eagles and sitting ducks



Some readers may be aware that bald eagles have made a big come-back in population in the U.S. In 1963, there were 148 breeding pairs in the lower 48 states. In 2007, there were 11,000 pairs and the bird was removed from the endangered species list.

The eagle is considered a success story of the Endangered Species Act, signed into law in 1973 by President Richard Nixon. Thanks to this law and work of conservationists, our national bird, which preys on both the living and the dead, is alive and well. I can testify to that.

A bit over a week ago I was walking around Green Lake (a lake and park within Seattle) when I heard some people say, “It’s got a fish!” I looked up and about 75 feet ahead of me there was an eagle flying low over the lake, across the sidewalk and up into the trees. It was carrying something big. Bigger, it seemed to me, than any fish that live in the lake.

I walked up to where it had flown into the trees, and a couple bystanders were pointing into a fir tree. The eagle was about half-way up the tree, but back in the branches so you couldn’t see what it held. A small crowd of people gathered to look at the bird. Maybe it was all the humans standing there that made the eagle decide to drop what it was carrying and fly away.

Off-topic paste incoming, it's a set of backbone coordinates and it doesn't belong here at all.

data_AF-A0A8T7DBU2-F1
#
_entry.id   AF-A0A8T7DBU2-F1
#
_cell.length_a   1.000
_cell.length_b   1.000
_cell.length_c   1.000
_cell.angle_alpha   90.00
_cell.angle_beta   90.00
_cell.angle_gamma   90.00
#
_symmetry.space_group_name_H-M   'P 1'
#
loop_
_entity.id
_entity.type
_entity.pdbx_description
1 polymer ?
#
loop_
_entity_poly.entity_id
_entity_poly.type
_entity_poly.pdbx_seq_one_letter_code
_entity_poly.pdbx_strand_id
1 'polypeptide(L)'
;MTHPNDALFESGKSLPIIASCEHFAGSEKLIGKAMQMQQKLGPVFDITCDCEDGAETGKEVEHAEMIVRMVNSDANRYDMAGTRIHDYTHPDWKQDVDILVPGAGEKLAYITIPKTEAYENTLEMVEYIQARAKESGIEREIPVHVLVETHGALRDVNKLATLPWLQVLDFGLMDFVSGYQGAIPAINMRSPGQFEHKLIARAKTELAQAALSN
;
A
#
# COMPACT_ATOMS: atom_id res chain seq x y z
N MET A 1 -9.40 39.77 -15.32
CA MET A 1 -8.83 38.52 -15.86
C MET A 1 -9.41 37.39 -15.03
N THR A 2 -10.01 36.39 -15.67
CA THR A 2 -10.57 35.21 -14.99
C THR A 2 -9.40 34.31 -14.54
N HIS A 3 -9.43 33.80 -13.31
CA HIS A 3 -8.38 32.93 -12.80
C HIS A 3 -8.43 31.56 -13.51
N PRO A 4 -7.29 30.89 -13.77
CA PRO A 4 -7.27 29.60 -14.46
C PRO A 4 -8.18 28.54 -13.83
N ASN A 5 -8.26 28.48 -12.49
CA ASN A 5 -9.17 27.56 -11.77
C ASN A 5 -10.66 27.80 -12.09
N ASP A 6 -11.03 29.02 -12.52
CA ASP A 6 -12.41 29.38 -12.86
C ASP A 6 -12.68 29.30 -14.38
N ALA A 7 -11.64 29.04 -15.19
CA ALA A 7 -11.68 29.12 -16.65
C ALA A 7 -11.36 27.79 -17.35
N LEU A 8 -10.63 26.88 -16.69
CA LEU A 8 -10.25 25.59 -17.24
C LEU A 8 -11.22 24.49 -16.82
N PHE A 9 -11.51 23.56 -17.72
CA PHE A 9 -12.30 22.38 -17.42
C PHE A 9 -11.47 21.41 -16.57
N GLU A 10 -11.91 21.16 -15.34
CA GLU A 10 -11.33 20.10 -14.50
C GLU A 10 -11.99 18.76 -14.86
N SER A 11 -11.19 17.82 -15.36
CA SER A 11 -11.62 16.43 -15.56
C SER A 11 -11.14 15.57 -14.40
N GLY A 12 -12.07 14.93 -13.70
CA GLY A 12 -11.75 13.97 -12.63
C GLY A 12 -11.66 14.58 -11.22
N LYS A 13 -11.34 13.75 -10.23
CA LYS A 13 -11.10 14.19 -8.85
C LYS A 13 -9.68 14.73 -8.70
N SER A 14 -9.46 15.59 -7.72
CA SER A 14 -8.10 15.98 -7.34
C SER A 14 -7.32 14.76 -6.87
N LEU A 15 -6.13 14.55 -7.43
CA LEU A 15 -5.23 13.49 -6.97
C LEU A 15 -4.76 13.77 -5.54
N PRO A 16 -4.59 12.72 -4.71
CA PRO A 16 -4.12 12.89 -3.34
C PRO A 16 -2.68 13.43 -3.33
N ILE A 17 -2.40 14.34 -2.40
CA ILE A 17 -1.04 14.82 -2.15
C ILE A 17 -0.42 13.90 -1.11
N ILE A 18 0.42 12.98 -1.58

Something big fell through the branches and plopped to the ground very close to where a boy was standing. Good thing he didn’t get beaned. It was a very dead duck, or some similar bird. The eagle could have carried away a live duck or a dead duck, since, as I mentioned, they are carrion-eaters.

There are lots of sitting ducks in that lake, and few unlucky ones will feel the talons of the raptor. The eagle has returned.


2 thoughts on “eagles and sitting ducks

  1. gl.

    “There are lots of sitting ducks in that lake, and few unlucky ones will feel the talons of the raptor. The eagle has returned.”

    this sounds really ominous out of context.

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